In a statement released on Monday, October 4, the Wisconsin Department of Natural Resources announced that the statewide harvest quota for the upcoming November wolf season will be 130 wolves, which significantly scales back the 300-wolf quota that the state’s Natural Resources Board approved in August. The latest move sets the stage for a high-profile standoff between the DNR and the politically appointed advisory board.
The DNR had originally proposed a quota of 130 wolves in July, a decision that came on the heels of a controversial February season. However, the seven-member advisory board considered the 130-wolf quota too conservative. Board members cited a DNR wolf-management plan established in 1999 that sets a statewide population goal of 350 wolves as justification to increase the quota to 300. The DNR says its proposal was issued under the guidance of biologists seeking to maintain the “long term sustainability of the [wolf] population.”
“The department is authorized by state statute and the department’s rules to make the final decision on the quota for the Fall 2021 wolf harvest,” reads the DNR’s recent statement. “In determining the quota, the department considered the best available information and scientific modeling, as well as the input from the Wolf Harvest Committee, the Natural Resources Board, and the many groups and members of the public who provided comments to the department and the Board.”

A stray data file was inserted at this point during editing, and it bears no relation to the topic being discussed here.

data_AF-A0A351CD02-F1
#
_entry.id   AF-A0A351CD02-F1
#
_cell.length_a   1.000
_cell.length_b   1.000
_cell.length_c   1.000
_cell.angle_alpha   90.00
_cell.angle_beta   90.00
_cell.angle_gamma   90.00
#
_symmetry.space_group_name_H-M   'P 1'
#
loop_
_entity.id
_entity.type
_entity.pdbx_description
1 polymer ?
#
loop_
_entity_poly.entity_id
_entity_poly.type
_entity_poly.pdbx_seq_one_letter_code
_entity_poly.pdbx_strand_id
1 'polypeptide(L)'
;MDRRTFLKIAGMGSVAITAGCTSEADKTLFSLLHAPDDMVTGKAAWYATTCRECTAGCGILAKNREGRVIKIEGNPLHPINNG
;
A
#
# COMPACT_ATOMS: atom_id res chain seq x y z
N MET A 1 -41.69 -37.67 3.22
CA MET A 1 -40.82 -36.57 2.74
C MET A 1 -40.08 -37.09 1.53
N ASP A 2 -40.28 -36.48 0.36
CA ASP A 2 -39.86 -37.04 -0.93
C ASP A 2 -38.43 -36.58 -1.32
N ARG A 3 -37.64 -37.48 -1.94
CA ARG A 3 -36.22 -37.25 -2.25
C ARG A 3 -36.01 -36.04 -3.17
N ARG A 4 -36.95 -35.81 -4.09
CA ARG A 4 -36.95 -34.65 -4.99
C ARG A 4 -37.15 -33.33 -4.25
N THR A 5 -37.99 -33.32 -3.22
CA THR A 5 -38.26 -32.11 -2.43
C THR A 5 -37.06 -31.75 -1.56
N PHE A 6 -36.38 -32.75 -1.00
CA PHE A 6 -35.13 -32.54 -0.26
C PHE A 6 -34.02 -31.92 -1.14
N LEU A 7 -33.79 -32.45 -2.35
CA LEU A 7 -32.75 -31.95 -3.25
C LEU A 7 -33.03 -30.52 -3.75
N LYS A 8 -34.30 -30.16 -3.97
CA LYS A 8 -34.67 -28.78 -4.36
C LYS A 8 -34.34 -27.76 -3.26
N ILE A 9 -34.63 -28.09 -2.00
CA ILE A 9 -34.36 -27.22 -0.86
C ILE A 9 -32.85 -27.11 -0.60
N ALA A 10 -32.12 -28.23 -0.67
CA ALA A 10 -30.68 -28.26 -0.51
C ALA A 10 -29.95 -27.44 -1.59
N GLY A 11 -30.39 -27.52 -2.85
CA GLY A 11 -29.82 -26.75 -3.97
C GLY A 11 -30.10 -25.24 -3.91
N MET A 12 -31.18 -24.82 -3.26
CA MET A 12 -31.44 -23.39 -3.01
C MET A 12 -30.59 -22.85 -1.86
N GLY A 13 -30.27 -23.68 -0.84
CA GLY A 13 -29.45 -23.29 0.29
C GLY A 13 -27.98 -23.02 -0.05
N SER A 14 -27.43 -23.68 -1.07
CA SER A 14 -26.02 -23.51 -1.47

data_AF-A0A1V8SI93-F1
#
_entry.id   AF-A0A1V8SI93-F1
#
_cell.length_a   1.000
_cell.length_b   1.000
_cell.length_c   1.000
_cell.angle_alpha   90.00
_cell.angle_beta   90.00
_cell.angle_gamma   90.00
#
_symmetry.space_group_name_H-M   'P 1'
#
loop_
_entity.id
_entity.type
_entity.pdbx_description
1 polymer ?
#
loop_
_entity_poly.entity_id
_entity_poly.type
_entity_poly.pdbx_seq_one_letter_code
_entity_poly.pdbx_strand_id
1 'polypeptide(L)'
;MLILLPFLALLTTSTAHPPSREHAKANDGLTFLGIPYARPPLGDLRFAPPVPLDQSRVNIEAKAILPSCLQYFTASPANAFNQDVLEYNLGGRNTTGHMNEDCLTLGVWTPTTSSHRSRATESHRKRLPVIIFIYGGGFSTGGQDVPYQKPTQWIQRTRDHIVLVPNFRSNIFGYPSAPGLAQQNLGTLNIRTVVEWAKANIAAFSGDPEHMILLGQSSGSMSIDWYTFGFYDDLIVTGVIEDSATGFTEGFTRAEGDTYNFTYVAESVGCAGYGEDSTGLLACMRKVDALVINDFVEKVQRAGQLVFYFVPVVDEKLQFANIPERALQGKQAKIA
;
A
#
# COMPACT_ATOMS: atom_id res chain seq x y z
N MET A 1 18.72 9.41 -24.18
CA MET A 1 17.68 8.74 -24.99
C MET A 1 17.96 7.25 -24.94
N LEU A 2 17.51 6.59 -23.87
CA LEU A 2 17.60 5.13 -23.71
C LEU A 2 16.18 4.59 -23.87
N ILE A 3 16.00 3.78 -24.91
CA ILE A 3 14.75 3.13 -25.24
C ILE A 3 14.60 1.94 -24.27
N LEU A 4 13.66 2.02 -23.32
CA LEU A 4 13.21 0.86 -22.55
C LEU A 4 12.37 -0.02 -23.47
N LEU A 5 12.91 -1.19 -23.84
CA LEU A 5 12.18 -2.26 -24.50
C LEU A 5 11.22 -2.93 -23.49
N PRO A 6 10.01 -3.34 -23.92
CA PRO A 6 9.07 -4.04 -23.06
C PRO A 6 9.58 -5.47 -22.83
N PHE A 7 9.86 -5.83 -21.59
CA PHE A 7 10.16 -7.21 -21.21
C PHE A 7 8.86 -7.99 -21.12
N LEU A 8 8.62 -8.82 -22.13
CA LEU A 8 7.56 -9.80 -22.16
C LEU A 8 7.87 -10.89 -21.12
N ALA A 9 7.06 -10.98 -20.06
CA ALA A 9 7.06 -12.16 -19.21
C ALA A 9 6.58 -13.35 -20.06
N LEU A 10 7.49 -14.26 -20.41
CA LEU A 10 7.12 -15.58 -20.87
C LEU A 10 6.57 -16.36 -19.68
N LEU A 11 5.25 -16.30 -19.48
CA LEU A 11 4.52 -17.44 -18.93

“They are not free to just do that,” countered board member Greg Kazmierski, as reported by the Associated Press. “It’s in violation of the statute that establishes the board. They’ve gone rogue, is what they’ve done.”
Meanwhile, controversy has surrounded the board itself over the refusal of the board’s chair, Fred Prehn, to step down after his term expired in May. The issue has led Wisconsin Attorney General Josh Kaul to bring a lawsuit against Prehn, arguing that “his attempt to remain on the Natural Resources Board indefinitely, in defiance of the will of the voters, is fundamentally undemocratic.”
The DNR recently refused to attend a scheduled meeting with the advisory board. Prehn then canceled the meeting.
Wisconsin’s Wolf Saga is Part of a Larger Drama
In September, the U.S. Department of the Interior said that federal protections may need to be restored for wolves, following several petitions for emergency protections by environmental groups and Native American tribes. The move was initiated in part to determine the impact of state-level policies on wolf populations. It now kicks off a year-long biological review of the species by the U.S. Fish & Wildlife Service to determine if returning federal protections is warranted.
As for Wisconsin’s upcoming hunt, the DNR will authorize 370 state-licensed hunters and trappers a chance at harvesting a wolf. The season will close once 74 wolves are taken. That number is significantly less than the official 130-wolf quota because, under long-established treaty rights, the Ojibwe Tribes claimed 56 tags. The Ojibwe consider the wolf sacred and will not fill any of the tags. The season opens on November 6.
Field & Stream will continue to monitor this developing story.